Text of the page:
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alyssum with broccoli 3I’ve always liked sweet alyssum flowers. We planted them back in our San Francisco community garden plot before we moved out of the city to start farming, and they made a lovely delicate ground cover that attracted the most beautiful little crab spiders. The spiders are experts at camouflage, and can turn different colors depending on the color of flower they are on. The ones on the white alyssum would be white, but those on yellow flowers would be a bright yellow instead. They were welcome predators in the garden plot.

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Spring Farm Tour 2014It was great to meet several of you at our Spring Farm Tour last Saturday. It’s nice to put faces to our CSA members, and you always seem to have the most interesting, engaged children! We seem to have entered our summer weather pattern with fog in the mornings burning off to some sun later in the day. This type of weather is actually what makes our home farm and the Redman ranch so perfect for growing so many crops – including lettuces, greens, and strawberries–that do not do well with summer heat.

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Fava Beans growingIt looks like things will be dry enough here at our home farm by the end of the week for us to get back in with the tractors and continue to work up more ground to plant into. Before the last series of storms we had mowed and incorporated the cover crop on most of the fields and in the intervening weeks the residue has broken down to the point that we should be able to start planting into it in a week or so. My aim every year is to plant our large blocks of hard squash no later than May 1st, and it looks like we are on track to meet that goal.

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pear blossoms3You are invited to our Spring Farm Tour on Saturday, April 12th, at 10 AM, at our home farm. Come out and see where your food is being grown! We’ll take you around to the blueberry patch, as well as pear and apple orchards and the various row crops growing in the field. Special features on this property include our riparian corridor, native insectary hedgerows, the habitat restoration area, and the four-year UCSC research project on crop rotation that we are participating in.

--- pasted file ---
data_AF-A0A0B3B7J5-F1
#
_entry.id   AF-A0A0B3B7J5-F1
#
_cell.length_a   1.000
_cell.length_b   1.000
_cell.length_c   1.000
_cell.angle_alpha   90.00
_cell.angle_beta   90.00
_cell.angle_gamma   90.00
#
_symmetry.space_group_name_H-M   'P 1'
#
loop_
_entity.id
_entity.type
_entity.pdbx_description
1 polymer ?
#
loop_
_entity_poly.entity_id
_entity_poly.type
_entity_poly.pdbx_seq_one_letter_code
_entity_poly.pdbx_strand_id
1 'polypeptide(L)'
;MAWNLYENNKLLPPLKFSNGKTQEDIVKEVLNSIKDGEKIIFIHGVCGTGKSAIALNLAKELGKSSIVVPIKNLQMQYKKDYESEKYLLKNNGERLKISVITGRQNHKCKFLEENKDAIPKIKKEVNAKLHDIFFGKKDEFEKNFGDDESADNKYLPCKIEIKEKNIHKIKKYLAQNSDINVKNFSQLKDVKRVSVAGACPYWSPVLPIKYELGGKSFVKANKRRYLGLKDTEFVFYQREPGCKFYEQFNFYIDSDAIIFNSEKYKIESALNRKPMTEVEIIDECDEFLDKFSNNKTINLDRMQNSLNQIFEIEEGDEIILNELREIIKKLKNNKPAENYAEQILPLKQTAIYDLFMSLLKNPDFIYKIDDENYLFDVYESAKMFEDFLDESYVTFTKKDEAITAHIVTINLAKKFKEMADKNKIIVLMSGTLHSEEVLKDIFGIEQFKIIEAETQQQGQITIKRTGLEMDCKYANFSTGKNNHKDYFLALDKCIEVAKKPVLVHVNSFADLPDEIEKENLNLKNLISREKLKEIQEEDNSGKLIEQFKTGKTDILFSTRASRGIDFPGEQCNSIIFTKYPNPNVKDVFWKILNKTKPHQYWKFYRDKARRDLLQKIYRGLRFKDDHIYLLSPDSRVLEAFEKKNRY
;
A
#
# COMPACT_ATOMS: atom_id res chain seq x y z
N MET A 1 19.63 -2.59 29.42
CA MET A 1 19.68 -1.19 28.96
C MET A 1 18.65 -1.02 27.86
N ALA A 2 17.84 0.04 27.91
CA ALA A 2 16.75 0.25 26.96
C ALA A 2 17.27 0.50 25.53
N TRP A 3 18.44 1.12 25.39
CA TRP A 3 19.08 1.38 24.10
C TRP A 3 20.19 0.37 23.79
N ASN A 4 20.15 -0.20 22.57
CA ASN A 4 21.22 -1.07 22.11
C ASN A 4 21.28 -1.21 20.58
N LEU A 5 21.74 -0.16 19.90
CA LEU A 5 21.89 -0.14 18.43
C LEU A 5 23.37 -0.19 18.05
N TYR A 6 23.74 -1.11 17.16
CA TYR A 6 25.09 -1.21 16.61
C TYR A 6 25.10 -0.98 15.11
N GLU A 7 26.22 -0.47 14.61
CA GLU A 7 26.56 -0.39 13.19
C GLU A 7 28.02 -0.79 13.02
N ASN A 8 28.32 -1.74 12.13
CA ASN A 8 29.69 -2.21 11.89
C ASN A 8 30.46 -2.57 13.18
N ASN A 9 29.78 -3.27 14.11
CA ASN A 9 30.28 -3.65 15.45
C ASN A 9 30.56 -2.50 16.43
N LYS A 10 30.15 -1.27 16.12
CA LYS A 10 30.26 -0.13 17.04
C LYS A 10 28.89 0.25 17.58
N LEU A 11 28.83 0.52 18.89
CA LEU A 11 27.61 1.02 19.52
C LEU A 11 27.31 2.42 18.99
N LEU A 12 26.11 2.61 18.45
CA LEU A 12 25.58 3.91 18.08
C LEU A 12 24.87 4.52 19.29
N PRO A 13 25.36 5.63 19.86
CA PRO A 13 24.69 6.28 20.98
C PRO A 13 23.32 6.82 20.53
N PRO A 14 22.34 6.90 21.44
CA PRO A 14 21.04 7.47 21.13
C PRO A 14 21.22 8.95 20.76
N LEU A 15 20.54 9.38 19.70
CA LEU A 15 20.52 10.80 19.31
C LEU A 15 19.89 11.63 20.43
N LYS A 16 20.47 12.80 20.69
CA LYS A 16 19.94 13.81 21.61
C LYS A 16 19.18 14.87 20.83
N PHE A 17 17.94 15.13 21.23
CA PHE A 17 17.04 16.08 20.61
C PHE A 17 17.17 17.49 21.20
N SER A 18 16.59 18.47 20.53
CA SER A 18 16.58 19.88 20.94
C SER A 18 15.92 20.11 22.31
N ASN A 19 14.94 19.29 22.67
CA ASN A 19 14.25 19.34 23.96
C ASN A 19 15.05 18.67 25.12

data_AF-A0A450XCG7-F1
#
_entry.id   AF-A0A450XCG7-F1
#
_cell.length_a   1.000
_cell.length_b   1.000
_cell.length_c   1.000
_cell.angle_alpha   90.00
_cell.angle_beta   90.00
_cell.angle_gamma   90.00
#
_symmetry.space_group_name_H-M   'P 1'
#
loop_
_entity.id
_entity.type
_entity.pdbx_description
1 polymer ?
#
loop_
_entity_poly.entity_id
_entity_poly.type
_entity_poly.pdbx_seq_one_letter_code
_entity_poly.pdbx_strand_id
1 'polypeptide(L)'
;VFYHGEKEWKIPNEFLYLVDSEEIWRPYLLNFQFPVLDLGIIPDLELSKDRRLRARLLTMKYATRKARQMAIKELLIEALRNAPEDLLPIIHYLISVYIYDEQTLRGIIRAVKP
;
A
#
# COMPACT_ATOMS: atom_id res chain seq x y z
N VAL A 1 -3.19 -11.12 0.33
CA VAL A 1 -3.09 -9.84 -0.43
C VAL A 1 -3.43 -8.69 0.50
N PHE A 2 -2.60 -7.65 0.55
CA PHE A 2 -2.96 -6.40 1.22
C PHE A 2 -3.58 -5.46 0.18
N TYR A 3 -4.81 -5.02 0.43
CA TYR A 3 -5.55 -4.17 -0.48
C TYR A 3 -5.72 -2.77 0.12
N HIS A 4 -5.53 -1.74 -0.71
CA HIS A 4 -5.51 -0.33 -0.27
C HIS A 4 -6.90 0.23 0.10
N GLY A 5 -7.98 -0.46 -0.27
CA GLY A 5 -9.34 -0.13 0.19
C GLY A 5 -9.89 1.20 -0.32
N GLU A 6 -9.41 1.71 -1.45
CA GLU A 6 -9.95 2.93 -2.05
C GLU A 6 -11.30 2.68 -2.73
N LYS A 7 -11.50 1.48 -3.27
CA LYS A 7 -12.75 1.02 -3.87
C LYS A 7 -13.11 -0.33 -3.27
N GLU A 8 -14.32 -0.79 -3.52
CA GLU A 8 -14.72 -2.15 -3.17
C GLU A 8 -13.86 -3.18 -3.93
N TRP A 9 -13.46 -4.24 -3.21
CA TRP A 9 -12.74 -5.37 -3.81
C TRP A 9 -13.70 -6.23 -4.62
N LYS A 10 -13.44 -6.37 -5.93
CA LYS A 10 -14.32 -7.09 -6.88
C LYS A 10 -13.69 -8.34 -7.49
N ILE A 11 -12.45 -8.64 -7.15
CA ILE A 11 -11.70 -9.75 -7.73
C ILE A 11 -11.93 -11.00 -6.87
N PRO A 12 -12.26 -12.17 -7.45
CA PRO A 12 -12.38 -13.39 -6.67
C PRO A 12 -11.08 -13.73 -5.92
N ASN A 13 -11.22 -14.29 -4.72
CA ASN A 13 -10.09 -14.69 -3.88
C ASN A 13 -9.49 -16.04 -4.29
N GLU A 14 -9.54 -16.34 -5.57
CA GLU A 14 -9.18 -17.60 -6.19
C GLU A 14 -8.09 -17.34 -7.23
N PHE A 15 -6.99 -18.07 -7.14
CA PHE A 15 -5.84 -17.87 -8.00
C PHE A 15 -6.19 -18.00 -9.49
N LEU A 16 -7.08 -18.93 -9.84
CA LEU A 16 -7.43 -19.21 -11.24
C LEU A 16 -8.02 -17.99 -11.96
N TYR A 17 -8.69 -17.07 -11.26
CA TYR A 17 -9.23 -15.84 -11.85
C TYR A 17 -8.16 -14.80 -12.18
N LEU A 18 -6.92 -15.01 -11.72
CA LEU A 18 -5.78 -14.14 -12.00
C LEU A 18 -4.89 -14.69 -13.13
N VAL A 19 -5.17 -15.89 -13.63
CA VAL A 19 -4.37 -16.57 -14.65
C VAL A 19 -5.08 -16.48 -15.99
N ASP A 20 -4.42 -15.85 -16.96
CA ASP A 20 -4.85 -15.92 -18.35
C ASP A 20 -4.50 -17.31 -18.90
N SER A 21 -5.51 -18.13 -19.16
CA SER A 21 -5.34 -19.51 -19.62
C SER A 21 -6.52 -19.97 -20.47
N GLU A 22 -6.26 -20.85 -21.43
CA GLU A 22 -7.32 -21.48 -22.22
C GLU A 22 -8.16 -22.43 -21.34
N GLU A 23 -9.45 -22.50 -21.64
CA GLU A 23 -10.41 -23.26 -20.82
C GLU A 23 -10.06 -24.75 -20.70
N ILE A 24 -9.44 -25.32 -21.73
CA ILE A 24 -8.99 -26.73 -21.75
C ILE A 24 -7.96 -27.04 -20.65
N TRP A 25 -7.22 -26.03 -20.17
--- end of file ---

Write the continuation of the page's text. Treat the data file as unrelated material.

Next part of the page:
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One of the happier things to happen here in the last five years is that the neighboring 400 plus acre property was purchased by the Land Trust of Santa Cruz County. The three parcels that make up this property are now in agricultural easements which will protect them from development in perpetuity. The previous owners had drawn up elaborate plans for a 1000 plus unit development, complete with shopping center and golf course.

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pear blossoms3The CSA is starting up again and it certainly feels like spring at the farm. The pear trees are bursting out in blossom, the blueberry bushes are loaded with green berries, and of course the weeds are going gangbusters. The bees are thick around anything in flower, ducks are flying over in pairs, and the swallows are swooping about overhead catching flying insects. It’s hard to argue with these beautiful sunny days, though we’re still hoping for some more winter rain before the end of March.

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lettuce in greenhouseThis week’s imminent rains are very welcome indeed. The timing of the first system, late Wednesday morning, should allow us just enough time to get the harvest done for our Thursday deliveries. Things greened up remarkably quickly after the last rounds of rainfall, the bell beans and peas in the cover crops are in bloom, and all is starting to feel right with the world again.

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Fava Beans growingThank you early subscribers! As we gear up for the year, the people who sign up early for the coming season are the backbone of our CSA. We use the early flush of money to pay for the cost of seed, compost, labor, land rent, and insurance that we incur before we can start to harvest the spring crops. We also use the number of early subscribers to gauge how much to plant and to make important decisions about land use and what improvements we can afford to spend some money on.

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Leeks_growing_in_fieldIn a typical year we start hoping for a break in the winter rains sometime in early January so that the ground will dry out enough to allow us to get in and plant. Although the overall long term water picture for the state looks increasingly ominous, the dry weather has allowed us to keep on top of tasks around here like never before.